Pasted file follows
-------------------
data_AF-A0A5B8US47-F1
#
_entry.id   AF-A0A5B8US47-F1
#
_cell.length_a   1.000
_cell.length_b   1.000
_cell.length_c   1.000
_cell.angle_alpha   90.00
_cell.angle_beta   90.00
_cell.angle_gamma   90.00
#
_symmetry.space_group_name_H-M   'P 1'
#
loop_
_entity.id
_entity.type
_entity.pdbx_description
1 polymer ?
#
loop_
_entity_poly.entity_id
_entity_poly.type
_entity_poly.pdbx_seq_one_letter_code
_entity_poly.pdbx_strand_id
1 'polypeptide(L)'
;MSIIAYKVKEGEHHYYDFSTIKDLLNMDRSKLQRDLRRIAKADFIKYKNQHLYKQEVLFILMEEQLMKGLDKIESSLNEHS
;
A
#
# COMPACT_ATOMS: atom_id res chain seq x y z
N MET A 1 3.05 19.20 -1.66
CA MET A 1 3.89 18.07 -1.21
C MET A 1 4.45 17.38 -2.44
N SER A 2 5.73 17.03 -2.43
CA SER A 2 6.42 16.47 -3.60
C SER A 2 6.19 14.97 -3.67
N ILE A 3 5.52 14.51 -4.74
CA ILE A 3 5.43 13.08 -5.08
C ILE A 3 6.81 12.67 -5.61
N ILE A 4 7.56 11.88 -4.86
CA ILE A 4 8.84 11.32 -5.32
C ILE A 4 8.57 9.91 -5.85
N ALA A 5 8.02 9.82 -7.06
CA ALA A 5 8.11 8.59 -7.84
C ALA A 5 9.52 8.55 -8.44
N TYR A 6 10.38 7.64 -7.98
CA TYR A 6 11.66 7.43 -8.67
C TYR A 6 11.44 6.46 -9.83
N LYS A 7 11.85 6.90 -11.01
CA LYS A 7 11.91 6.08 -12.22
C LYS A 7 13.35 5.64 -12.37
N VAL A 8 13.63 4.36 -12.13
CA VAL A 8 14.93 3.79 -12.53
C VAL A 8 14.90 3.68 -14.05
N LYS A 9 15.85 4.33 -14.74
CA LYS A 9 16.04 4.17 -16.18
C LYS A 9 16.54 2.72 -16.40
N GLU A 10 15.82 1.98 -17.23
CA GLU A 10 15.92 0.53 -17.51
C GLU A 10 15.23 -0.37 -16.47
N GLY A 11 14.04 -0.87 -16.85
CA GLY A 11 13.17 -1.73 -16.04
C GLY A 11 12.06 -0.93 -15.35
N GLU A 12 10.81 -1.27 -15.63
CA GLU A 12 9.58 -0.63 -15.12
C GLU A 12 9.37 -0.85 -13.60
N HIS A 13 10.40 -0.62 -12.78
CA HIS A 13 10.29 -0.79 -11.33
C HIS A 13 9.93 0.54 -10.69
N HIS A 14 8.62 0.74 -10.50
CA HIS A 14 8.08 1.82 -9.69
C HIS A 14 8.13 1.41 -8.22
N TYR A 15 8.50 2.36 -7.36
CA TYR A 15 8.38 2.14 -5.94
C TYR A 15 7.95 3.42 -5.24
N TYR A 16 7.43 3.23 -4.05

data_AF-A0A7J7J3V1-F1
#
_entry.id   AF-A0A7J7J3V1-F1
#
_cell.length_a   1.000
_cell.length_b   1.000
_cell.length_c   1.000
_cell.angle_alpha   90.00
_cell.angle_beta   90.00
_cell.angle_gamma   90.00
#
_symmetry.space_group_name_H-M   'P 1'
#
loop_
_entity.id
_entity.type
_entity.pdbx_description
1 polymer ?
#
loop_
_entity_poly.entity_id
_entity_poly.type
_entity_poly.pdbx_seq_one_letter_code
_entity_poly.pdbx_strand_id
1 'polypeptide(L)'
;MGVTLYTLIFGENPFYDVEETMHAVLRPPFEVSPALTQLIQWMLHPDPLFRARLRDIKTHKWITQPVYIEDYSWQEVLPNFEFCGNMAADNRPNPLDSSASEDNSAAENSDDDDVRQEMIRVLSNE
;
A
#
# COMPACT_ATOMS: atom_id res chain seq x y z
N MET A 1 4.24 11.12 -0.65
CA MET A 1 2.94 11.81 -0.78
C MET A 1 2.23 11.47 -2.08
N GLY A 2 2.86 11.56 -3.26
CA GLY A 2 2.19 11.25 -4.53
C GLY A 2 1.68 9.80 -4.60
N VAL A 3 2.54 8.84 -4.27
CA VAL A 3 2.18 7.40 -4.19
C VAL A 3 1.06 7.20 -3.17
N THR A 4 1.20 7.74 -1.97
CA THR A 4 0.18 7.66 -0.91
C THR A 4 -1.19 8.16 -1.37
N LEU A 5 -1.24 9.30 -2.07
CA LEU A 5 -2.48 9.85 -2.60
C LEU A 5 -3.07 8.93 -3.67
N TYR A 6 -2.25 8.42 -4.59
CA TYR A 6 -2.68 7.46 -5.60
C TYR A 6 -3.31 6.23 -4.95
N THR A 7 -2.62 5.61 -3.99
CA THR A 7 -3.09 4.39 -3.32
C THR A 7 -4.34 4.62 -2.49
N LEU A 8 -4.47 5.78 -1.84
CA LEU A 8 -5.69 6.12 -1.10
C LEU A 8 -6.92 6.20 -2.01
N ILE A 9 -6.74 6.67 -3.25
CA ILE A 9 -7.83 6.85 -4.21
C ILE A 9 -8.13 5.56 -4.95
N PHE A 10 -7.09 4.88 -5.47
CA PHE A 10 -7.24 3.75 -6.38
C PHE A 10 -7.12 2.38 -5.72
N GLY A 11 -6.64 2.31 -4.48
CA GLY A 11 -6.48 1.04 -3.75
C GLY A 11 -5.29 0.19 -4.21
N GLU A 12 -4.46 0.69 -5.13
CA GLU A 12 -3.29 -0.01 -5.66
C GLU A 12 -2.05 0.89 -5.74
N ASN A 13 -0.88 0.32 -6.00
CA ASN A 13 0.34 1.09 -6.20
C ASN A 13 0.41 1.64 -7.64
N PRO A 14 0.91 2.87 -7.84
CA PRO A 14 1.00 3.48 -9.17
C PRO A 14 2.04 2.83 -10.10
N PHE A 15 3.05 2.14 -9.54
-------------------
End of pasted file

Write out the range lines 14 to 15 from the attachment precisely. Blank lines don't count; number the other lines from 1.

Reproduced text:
loop_
_entity.id